2Flappy Bird Wasn’t Always a Hit
There’s a general sense, because of the recent news surrounding Flappy Bird, that it was always a hit. The truth, however, is that it wasn’t. Flappy Bird actually launched last May and didn’t become a fan-favorite until January 2014. Exactly how it jumped from obscurity to worldwide popularity isn’t well understood at this time.
3Flappy Bird Brought In Serious Cash—We Think
The Verge reported recently that Nguyen made $50,000 a day at the height of the Flappy Bird popularity. Some reports have said that he didn’t actually make that much money. Nguyen wouldn’t confirm what he made each day, saying only that he was generating a boatload of cash. It’s odd, then, that with all that cash coming in, he decided to take the app down from marketplaces.
4It Wasn’t Popular Among Critics
Although Flappy Bird’s popularity soared, it really wasn’t an instant hit. In fact, the game received middling reviews in app stores. On Metacritic, a place where reviewers’ evaluations are all combined into a single score, the game could only muster a rating in the mid-50s. Based on the critics’ sentiments Flappy Bird’s sudden popularity might seem odd. But it just goes to show that the critics aren’t always right.
5Nguyen Has Other Games
6Addiction Stands at Root of the Game’s Demise
7Rabid Fans Also Played a Part
Rabid fans were also at the center of Nguyen’s reason to get rid of Flappy Bird. He reported that people were sending him emails, were obsessive over the game and created havoc in his daily life. What was supposed to be a fun game turned into an obsession for gamers who couldn’t accept anything short of perfection.
8Nguyen Got Death Threats
9Copycats Quickly Sprung Up
If the Internet is anything, it’s a place where copycats run amok. That’s why it’s no surprise that several Flappy Bird copycats have cropped up across operating systems and application marketplaces. Some developers saw an opportunity for quick success, and the cash that went with it, and pounced. It was inevitable, but still sad to see. It remains to be seen whether any of the copycats see any success.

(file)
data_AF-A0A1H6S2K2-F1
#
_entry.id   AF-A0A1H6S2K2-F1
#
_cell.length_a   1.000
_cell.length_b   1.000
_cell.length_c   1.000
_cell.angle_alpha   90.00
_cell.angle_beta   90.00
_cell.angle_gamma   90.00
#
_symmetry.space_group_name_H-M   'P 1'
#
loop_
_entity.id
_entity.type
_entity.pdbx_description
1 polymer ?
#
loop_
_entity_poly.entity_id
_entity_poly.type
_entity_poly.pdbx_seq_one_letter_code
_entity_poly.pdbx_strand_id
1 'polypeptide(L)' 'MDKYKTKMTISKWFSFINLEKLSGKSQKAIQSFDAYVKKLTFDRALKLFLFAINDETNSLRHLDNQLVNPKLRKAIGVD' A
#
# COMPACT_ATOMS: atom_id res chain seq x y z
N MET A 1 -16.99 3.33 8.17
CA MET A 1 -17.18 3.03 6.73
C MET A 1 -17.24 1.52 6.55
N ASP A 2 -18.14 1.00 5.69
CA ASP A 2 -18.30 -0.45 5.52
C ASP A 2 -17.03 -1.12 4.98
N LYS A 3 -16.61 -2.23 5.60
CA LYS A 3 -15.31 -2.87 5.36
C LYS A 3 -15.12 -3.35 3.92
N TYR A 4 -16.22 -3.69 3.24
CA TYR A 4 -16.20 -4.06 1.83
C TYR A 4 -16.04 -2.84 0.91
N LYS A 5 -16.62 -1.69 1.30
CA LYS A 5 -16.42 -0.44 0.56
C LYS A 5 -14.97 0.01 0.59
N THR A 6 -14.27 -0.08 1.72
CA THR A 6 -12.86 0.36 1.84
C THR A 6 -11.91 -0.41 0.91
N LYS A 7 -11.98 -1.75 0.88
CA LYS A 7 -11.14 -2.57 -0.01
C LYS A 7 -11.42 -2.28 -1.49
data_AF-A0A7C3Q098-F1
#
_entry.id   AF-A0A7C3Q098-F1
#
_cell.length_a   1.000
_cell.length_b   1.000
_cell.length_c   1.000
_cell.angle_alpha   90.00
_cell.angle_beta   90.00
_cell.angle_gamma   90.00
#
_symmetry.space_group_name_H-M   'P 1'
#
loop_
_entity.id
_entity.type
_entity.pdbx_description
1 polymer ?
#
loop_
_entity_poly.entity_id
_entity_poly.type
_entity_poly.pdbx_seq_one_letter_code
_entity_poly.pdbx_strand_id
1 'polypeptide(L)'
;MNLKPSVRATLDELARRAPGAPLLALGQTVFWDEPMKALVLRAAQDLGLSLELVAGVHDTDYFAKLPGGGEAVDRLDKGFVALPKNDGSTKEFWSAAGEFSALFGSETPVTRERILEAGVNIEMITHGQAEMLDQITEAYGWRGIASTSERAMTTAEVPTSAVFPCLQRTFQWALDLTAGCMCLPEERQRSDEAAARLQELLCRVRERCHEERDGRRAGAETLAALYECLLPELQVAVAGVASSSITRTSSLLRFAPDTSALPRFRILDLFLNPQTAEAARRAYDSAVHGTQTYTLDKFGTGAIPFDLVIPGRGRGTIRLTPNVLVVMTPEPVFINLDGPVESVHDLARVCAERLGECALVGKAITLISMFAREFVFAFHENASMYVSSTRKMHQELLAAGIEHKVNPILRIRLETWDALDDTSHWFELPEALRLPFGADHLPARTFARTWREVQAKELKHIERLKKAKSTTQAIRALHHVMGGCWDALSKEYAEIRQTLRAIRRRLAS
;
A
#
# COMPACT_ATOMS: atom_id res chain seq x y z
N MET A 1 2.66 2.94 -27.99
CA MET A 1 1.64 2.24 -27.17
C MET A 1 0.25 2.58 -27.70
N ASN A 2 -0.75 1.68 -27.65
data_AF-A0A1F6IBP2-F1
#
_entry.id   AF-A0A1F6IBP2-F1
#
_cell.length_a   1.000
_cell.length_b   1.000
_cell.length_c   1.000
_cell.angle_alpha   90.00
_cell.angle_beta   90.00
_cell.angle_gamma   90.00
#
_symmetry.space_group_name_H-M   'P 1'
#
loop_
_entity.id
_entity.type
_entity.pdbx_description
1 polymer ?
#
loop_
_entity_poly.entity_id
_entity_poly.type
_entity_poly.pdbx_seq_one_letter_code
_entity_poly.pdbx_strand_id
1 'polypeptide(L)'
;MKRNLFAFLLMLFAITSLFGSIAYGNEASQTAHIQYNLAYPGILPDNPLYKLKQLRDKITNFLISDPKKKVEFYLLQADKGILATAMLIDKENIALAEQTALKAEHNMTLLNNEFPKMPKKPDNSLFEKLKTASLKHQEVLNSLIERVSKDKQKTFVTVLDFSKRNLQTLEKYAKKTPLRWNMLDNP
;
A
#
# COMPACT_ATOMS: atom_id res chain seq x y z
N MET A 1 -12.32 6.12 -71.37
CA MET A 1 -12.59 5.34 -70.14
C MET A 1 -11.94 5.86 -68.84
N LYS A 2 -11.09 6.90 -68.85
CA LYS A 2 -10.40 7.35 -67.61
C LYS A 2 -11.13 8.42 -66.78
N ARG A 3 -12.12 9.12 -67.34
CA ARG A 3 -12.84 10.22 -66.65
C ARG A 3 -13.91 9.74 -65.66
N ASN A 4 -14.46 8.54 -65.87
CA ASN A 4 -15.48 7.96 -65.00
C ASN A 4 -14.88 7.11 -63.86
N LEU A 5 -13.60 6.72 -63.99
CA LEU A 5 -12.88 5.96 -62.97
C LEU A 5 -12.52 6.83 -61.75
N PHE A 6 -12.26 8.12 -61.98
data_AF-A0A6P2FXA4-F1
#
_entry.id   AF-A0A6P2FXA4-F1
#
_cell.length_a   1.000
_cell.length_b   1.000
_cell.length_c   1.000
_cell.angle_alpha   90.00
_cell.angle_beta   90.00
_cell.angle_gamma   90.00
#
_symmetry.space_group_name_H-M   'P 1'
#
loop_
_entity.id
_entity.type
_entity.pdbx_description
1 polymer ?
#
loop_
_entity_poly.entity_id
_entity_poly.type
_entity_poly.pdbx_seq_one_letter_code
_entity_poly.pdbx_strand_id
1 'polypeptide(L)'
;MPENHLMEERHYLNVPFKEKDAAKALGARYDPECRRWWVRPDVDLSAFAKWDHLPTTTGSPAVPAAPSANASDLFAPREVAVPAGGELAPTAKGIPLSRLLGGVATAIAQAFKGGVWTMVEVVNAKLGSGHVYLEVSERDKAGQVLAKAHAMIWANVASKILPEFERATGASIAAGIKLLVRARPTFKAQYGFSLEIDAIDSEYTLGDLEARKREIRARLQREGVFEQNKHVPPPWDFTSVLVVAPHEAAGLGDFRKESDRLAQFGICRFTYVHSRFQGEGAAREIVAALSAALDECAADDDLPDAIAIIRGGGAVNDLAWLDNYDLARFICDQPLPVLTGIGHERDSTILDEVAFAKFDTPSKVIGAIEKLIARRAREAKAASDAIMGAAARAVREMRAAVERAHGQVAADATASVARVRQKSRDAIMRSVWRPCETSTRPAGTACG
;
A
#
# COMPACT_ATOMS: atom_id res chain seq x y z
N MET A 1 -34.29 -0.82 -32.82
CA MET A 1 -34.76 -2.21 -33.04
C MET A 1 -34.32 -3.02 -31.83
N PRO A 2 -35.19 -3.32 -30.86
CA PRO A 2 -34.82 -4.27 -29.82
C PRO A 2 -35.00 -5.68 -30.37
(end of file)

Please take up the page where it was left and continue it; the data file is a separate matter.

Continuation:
10Used Devices Running Flappy Bird Went On Sale
Here’s an odd twist in the story. Some people decided that rather than update their devices and let Flappy Bird just fade away, they would try to sell the devices on eBay with a copy of Flappy Bird on it. As of this writing, one auction reportedly has a top bid of $99,900, while another is more than $90,000. Are they really serious? Is an iPhone with Flappy Bird really worth that much money for a few hours of fun? And how long will it hold its value given how quickly games fade from popularity?
11Malware Creators Pounced
This should be no surprise to anyone, but malware creators also pounced on the Flappy Bird fiasco. According to Sophos and Trend Micro, several applications claiming to feature the Flappy Bird functionality (and in some cases, calling themselves Flappy Bird) have cropped up in third-party Android app stores. Upon downloading them and trying to launch them, they, in some cases, force folks to text their numbers to a third party. Upon doing so, charges are billed to their wireless bills. It’s a malware-ridden world.